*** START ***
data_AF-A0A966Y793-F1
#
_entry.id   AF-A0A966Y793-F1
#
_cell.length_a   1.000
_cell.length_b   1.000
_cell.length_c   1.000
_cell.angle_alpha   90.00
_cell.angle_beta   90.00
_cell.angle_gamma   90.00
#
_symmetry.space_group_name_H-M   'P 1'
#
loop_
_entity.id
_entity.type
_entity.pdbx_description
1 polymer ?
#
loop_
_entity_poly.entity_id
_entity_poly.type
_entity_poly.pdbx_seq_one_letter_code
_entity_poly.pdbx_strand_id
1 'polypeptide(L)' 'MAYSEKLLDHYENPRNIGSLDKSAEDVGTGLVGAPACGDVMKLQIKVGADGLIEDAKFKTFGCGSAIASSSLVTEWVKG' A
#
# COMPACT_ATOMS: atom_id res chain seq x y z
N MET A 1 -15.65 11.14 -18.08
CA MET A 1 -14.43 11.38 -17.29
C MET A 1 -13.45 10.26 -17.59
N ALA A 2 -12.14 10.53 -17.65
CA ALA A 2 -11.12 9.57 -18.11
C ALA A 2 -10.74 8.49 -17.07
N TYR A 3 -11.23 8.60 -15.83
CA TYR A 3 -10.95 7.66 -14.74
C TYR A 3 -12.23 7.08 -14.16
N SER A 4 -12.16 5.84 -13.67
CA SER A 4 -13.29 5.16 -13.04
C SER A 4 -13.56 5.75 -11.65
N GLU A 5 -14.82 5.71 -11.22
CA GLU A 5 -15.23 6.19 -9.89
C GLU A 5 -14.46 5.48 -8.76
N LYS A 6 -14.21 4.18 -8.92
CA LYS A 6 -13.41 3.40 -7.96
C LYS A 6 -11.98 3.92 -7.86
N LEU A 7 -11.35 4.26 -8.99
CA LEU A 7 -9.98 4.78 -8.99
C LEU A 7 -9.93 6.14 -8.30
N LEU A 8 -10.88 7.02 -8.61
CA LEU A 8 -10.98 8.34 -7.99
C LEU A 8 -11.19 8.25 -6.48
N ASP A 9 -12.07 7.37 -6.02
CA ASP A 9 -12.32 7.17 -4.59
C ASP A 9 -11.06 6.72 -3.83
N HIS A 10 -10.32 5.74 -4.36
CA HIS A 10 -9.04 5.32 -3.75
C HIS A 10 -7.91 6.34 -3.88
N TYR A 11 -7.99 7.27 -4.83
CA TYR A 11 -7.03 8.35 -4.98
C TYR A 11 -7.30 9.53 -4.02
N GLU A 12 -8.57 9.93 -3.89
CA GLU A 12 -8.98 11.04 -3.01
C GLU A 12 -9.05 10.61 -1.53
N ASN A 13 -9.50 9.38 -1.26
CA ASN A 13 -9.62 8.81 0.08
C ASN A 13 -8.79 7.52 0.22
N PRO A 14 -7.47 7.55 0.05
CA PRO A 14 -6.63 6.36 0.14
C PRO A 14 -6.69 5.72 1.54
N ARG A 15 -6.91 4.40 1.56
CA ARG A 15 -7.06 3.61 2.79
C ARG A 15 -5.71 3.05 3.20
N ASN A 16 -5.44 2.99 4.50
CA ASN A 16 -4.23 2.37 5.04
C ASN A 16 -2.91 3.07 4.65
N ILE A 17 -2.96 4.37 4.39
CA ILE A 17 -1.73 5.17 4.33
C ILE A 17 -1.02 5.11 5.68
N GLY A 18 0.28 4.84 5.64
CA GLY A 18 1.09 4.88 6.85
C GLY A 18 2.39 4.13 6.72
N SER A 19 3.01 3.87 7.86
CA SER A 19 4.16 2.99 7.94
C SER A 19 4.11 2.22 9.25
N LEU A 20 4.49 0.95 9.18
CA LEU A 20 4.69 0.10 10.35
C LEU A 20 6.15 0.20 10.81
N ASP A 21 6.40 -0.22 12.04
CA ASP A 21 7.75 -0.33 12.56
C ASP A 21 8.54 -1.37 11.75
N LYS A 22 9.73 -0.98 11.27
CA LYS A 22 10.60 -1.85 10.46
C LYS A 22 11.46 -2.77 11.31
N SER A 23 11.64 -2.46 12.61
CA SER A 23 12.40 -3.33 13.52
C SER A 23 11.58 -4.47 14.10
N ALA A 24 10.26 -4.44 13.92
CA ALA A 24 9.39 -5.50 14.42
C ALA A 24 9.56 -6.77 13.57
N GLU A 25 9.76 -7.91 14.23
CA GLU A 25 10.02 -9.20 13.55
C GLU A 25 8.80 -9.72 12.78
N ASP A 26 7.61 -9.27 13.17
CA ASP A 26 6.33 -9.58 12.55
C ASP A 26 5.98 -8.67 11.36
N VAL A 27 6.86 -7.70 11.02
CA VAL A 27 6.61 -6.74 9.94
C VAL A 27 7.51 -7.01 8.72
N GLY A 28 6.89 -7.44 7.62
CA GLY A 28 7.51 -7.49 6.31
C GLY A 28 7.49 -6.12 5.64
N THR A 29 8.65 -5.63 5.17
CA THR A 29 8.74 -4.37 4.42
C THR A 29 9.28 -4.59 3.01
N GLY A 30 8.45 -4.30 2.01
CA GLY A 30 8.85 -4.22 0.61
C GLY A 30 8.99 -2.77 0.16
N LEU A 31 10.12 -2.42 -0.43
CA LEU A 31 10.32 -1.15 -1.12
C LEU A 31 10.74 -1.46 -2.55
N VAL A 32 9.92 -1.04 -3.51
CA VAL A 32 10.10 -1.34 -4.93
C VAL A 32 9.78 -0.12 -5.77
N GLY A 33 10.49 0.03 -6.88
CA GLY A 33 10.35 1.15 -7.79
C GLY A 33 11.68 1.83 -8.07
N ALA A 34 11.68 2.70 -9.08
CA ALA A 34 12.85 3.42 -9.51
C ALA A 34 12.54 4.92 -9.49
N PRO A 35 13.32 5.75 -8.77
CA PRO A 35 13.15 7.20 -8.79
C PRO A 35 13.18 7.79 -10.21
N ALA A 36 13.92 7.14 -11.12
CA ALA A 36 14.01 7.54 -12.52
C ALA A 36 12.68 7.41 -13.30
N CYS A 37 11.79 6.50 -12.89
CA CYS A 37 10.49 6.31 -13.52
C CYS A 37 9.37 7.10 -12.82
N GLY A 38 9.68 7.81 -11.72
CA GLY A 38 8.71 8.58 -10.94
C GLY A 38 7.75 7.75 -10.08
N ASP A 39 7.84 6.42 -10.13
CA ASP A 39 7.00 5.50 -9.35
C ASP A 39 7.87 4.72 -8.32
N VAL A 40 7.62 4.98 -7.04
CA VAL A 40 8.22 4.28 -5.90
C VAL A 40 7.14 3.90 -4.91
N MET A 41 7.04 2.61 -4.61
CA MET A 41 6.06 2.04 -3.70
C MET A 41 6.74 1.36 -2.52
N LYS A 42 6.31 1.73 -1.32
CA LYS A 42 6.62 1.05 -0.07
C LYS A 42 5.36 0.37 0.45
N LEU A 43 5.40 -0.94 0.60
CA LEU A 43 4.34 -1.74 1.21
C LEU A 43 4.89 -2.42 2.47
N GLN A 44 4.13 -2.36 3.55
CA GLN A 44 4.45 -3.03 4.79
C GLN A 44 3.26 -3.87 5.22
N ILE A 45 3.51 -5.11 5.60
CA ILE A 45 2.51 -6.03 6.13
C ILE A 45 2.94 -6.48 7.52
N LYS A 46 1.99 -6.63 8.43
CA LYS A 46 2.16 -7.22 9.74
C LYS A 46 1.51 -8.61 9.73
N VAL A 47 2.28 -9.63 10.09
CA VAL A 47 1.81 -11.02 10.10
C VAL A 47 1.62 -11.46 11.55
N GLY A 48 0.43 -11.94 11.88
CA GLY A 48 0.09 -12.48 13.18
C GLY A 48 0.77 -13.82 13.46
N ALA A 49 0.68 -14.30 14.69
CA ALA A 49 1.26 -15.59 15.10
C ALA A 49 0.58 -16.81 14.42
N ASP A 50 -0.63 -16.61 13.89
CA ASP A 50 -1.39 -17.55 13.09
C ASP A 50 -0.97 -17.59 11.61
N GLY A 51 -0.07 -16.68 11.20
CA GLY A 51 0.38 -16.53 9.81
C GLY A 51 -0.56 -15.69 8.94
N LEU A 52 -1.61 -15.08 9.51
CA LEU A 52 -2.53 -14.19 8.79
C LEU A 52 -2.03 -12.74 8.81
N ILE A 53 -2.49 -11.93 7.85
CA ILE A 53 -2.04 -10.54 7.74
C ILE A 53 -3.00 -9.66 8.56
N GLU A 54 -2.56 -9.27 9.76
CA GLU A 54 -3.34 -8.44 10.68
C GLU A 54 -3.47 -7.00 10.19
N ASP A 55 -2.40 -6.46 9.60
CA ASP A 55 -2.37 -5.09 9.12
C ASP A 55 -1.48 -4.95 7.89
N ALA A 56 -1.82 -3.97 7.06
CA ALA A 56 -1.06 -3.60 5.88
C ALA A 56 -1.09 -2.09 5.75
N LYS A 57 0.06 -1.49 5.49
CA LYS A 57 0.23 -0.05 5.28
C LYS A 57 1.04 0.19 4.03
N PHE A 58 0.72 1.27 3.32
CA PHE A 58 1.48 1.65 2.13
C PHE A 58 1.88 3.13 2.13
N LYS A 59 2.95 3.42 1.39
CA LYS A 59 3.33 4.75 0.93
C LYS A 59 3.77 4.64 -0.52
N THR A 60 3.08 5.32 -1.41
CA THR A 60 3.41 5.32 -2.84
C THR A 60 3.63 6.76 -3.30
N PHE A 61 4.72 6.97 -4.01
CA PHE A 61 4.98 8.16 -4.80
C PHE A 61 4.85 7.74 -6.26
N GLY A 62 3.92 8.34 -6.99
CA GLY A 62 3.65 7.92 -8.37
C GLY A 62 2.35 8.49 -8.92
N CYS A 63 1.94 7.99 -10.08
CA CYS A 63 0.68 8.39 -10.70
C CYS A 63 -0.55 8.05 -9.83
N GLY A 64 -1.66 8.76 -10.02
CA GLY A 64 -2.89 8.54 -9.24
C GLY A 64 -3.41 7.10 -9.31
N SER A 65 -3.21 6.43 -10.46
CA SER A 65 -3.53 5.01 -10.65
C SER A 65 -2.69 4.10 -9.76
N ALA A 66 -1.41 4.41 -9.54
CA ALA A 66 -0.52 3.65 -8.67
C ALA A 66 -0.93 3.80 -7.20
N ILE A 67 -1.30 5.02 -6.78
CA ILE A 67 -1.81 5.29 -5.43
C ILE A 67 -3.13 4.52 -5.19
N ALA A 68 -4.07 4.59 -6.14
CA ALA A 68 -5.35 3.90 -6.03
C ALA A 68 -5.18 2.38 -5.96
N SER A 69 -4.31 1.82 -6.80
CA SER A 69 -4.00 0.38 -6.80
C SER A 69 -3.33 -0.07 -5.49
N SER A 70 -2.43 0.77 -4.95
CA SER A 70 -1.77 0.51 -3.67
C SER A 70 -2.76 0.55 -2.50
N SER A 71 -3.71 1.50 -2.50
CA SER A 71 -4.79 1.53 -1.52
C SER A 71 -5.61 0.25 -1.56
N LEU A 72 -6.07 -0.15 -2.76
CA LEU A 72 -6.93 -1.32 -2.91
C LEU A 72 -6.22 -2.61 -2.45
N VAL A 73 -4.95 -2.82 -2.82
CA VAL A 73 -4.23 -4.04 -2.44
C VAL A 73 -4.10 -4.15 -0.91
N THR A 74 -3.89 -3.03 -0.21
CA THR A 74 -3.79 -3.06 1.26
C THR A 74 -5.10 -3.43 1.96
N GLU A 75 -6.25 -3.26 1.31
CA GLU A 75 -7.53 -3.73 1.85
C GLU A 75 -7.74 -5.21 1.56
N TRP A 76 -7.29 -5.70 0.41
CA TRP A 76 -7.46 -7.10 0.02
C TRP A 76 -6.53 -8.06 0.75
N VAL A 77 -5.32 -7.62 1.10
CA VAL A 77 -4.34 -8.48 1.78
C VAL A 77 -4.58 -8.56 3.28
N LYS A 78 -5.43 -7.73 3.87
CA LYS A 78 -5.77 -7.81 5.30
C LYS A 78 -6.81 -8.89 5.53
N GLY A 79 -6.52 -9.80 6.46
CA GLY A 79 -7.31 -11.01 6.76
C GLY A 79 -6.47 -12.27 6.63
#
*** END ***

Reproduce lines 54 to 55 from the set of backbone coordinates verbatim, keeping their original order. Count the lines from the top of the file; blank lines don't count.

C ASP A 9 -11.06 6.72 -3.83
N HIS A 10 -10.32 5.74 -4.36